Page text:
Engaging young people in the NHS can lead to new ideas that benefit local hospitals, trusts and public health in unexpected ways, says David Brewer
What do young people think of their local hospital, or for that matter the wider NHS?
I spent time recently asking that very question of pupils at a local school in Stevenage. A typical response would include an uninterested shrug of the shoulders, followed by a few words such about doctors, nurses, sick people…
‘We are building a picture of their local hospital as a place for personal development and diverse career choice’
I found it interesting that young people were so obviously unaware − and certainly uninspired − by such an obvious hub of knowledge, science, innovation, careers and the rest. Clearly image, perception and conventional wisdom were at play. I decided to reframe what the Lister Hospital in Stevenage could be about for young people, and how this could be better presented.
A few weeks later, with two colleagues (a clinical photographer and a digital media expert), I stood in front of 250 sixth formers, not quite knowing how they would react to a reintroduction to the NHS as a vibrant, complex land of opportunity that has something for everyone.
We decided to be interactive and have some fun, while all the time building a picture of their local hospital as a place for personal development, diverse career choice, as well as cross-curriculum and applied learning. They loved it, as did the school’s senior leadership team.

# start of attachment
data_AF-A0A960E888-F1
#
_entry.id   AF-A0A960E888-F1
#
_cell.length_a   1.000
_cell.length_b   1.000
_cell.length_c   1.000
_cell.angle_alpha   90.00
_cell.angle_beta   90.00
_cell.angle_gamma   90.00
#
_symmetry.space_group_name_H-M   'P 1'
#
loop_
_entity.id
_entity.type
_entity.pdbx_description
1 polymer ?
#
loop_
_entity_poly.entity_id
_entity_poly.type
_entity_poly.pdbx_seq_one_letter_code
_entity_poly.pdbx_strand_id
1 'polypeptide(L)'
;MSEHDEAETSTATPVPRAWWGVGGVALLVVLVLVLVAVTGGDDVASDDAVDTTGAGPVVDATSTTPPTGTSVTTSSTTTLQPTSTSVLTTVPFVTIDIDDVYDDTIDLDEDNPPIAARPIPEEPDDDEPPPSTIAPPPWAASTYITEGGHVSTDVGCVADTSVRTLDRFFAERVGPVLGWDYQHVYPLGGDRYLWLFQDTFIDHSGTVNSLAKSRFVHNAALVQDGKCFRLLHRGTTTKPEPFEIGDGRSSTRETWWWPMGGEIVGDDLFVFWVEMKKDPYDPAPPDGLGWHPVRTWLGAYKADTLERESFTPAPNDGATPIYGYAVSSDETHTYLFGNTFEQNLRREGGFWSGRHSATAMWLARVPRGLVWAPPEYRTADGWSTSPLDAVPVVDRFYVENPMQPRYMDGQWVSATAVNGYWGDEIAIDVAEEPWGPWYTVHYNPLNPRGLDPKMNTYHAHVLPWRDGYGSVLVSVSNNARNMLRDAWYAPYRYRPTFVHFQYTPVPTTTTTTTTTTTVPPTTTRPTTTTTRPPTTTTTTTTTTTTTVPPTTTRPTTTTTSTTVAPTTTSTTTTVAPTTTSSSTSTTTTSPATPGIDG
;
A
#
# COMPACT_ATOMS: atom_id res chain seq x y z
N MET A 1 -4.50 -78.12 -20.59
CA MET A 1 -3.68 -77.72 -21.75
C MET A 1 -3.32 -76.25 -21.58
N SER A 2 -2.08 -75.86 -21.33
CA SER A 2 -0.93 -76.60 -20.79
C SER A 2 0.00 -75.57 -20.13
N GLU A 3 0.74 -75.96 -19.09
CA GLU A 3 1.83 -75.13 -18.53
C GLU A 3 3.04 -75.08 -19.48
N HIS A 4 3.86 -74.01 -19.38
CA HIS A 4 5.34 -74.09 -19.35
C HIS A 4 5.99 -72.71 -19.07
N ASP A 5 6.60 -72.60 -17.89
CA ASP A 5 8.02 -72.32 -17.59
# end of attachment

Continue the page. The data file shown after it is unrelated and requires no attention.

As a result, we’ve a developed a fabulous relationship with the school that provides the trust with a rich vein of new public members, eager to get involved and influence; and the school get to tap into a multifaceted resource for their pupils on their doorstep.
‘The pace and range of benefits we are realising from working with enthusiastic young people is not what we would have predicted’
In just two months, we have worked with a year 10 design and technology class (15-16 year olds) on a project that had them rebrand and redesign our membership offer to young people. The class were organised into competing teams who pitched to the East and North East Hertfordshire Trust board, Dragons Den style, “selling” their ideas for making the trust more attractive to get involved with for young people.
The board chose a winner and were delighted for the victorious designs to be produced to drive a new young member recruitment campaign. The pupils themselves will front this campaign and do the recruiting for the trust using their own work − this is true applied learning.
It was great to see the pupils rise to the challenge and present their ideas so well in what must have been a new and daunting environment. It was also fabulous to see the trust board respond so energetically and enthusiastically to the ideas presented to them.
New health champions
We are also experimenting with offering brief intervention training on a range of public health issues to sixth formers, and students ran a health awareness stall at a health action day in Stevenage.
As well as the information passed on, signposting and referrals to specialised support services to the public on the day, the wider benefits of awareness and learning through peer to peer and peer to family and friends are potentially significant − a sort of organic adaptation of the Making Every Contact Count programme.
As well as using our new young members as public health champions, we are also looking to develop some intergenerational work with schools to tackle social isolation, particularly among the elderly.
The pace and range of benefits we are realising from working with enthusiastic young people based on a careful but imaginative representation of the opportunities in the NHS is not what we would have predicted, but is certainly reaping rewards for all concerned.
David Brewer is head of engagement at East and North Hertfordshire Trust